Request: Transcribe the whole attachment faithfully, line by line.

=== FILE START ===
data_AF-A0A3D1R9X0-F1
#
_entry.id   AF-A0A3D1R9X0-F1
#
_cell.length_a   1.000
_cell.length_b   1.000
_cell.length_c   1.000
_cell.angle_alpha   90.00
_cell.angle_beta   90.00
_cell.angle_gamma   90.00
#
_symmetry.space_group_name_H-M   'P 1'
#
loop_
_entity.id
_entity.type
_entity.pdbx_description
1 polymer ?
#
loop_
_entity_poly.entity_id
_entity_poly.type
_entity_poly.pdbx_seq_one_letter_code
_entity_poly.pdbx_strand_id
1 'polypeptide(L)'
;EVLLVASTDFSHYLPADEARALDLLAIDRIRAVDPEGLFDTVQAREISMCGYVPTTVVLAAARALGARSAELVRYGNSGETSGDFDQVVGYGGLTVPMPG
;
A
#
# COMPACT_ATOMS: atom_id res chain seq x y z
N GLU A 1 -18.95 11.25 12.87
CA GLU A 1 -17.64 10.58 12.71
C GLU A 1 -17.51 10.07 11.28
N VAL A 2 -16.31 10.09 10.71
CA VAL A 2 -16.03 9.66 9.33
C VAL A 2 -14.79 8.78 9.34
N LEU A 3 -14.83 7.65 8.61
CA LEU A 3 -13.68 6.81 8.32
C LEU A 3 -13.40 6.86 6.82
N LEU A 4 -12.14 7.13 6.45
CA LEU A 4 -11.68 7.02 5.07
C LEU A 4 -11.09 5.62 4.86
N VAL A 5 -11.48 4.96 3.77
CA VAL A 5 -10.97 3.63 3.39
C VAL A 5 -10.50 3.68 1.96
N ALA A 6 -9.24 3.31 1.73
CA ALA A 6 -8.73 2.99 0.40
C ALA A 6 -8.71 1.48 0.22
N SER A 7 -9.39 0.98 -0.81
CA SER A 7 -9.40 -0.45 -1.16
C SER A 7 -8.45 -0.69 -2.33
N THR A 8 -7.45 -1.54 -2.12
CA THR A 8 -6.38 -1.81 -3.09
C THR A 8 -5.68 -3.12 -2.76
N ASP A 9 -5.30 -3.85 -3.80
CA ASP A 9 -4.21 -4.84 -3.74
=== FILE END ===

data_AF-A0A3D1R9X0-F1
#
_entry.id   AF-A0A3D1R9X0-F1
#
_cell.length_a   1.000
_cell.length_b   1.000
_cell.length_c   1.000
_cell.angle_alpha   90.00
_cell.angle_beta   90.00
_cell.angle_gamma   90.00
#
_symmetry.space_group_name_H-M   'P 1'
#
loop_
_entity.id
_entity.type
_entity.pdbx_description
1 polymer ?
#
loop_
_entity_poly.entity_id
_entity_poly.type
_entity_poly.pdbx_seq_one_letter_code
_entity_poly.pdbx_strand_id
1 'polypeptide(L)'
;EVLLVASTDFSHYLPADEARALDLLAIDRIRAVDPEGLFDTVQAREISMCGYVPTTVVLAAARALGARSAELVRYGNSGETSGDFDQVVGYGGLTVPMPG
;
A
#
# COMPACT_ATOMS: atom_id res chain seq x y z
N GLU A 1 -18.95 11.25 12.87
CA GLU A 1 -17.64 10.58 12.71
C GLU A 1 -17.51 10.07 11.28
N VAL A 2 -16.31 10.09 10.71
CA VAL A 2 -16.03 9.66 9.33
C VAL A 2 -14.79 8.78 9.34
N LEU A 3 -14.83 7.65 8.61
CA LEU A 3 -13.68 6.81 8.32
C LEU A 3 -13.40 6.86 6.82
N LEU A 4 -12.14 7.13 6.45
CA LEU A 4 -11.68 7.02 5.07
C LEU A 4 -11.09 5.62 4.86
N VAL A 5 -11.48 4.96 3.77
CA VAL A 5 -10.97 3.63 3.39
C VAL A 5 -10.50 3.68 1.96
N ALA A 6 -9.24 3.31 1.73
CA ALA A 6 -8.73 2.99 0.40
C ALA A 6 -8.71 1.48 0.22
N SER A 7 -9.39 0.98 -0.81
CA SER A 7 -9.40 -0.45 -1.16
C SER A 7 -8.45 -0.69 -2.33
N THR A 8 -7.45 -1.54 -2.12
CA THR A 8 -6.38 -1.81 -3.09
C THR A 8 -5.68 -3.12 -2.76
N ASP A 9 -5.30 -3.85 -3.80
CA ASP A 9 -4.21 -4.84 -3.74